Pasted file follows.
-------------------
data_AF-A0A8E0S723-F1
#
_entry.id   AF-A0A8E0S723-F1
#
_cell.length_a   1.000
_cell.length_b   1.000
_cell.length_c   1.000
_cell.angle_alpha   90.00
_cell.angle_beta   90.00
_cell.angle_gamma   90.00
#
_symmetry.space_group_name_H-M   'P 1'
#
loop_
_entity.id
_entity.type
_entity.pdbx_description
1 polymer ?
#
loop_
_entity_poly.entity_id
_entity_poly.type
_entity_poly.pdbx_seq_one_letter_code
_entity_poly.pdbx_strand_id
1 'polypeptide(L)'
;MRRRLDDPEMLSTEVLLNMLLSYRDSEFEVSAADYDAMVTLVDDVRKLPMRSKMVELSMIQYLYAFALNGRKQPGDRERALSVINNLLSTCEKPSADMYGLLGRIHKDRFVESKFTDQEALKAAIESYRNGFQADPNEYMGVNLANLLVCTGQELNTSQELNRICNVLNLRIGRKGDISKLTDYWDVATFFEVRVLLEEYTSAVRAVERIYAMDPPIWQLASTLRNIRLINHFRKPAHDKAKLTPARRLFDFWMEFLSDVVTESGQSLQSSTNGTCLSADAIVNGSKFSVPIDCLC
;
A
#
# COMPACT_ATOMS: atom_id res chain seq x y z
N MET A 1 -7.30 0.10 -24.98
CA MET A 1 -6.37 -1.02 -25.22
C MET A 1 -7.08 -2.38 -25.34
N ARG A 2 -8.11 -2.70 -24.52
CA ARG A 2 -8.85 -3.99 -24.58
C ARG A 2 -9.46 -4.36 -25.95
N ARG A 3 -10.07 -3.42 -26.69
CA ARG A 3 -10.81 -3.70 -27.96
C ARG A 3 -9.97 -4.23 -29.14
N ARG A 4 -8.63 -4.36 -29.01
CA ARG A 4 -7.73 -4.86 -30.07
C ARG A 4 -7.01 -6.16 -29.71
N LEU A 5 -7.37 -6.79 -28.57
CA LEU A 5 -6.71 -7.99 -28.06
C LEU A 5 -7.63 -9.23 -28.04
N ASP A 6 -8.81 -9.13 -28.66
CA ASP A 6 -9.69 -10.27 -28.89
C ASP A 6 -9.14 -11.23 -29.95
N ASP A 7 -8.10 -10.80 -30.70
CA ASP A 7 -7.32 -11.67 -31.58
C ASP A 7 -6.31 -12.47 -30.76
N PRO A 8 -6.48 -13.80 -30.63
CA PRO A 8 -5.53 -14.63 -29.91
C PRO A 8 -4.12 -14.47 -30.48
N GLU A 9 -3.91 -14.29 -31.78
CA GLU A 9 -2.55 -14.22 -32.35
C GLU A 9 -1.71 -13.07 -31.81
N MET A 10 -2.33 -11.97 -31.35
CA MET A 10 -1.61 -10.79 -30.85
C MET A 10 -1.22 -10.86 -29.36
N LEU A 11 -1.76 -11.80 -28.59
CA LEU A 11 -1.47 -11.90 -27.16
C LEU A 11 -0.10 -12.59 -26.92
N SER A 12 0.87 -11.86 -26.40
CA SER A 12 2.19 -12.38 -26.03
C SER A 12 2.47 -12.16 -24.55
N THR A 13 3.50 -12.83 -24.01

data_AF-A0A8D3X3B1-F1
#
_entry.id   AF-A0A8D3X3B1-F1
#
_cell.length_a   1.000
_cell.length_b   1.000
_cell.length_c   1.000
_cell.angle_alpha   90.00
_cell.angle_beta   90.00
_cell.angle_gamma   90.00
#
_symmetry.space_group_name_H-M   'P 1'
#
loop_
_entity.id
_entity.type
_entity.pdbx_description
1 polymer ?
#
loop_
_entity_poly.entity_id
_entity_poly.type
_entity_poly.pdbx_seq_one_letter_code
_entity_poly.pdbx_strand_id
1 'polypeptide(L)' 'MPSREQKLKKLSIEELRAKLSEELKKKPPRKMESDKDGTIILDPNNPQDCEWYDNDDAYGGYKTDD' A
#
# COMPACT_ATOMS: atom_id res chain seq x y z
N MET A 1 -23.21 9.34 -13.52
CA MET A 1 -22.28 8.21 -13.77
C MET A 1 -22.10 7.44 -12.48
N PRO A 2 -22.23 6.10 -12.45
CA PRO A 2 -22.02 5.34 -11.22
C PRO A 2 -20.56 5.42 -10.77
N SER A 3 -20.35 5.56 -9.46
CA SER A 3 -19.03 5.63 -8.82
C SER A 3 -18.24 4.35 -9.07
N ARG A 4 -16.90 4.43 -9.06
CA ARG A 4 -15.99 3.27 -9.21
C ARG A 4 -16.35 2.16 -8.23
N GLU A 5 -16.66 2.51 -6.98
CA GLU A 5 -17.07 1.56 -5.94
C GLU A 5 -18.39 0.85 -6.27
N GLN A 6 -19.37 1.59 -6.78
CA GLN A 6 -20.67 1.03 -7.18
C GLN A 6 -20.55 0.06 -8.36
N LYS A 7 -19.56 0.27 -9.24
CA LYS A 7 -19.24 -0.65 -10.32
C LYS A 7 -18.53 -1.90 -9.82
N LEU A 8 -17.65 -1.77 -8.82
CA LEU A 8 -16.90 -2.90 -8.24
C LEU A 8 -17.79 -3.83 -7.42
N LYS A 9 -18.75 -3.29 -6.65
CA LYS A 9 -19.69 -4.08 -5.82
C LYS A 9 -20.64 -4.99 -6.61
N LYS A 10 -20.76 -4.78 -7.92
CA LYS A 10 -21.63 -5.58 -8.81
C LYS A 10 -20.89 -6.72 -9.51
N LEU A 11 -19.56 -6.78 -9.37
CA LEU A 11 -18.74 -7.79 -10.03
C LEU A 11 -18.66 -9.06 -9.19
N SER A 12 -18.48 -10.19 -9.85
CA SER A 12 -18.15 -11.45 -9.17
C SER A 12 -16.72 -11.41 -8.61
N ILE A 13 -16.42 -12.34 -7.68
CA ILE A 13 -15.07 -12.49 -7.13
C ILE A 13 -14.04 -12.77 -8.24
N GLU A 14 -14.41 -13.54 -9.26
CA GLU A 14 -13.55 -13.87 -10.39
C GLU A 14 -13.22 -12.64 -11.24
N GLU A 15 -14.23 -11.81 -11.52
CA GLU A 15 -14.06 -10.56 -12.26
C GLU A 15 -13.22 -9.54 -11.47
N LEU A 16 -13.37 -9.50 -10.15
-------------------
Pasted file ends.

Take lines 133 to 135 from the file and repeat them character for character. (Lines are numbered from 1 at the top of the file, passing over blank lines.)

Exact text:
C ILE A 13 -14.04 -12.77 -8.24
N GLU A 14 -14.41 -13.54 -9.26
CA GLU A 14 -13.55 -13.87 -10.39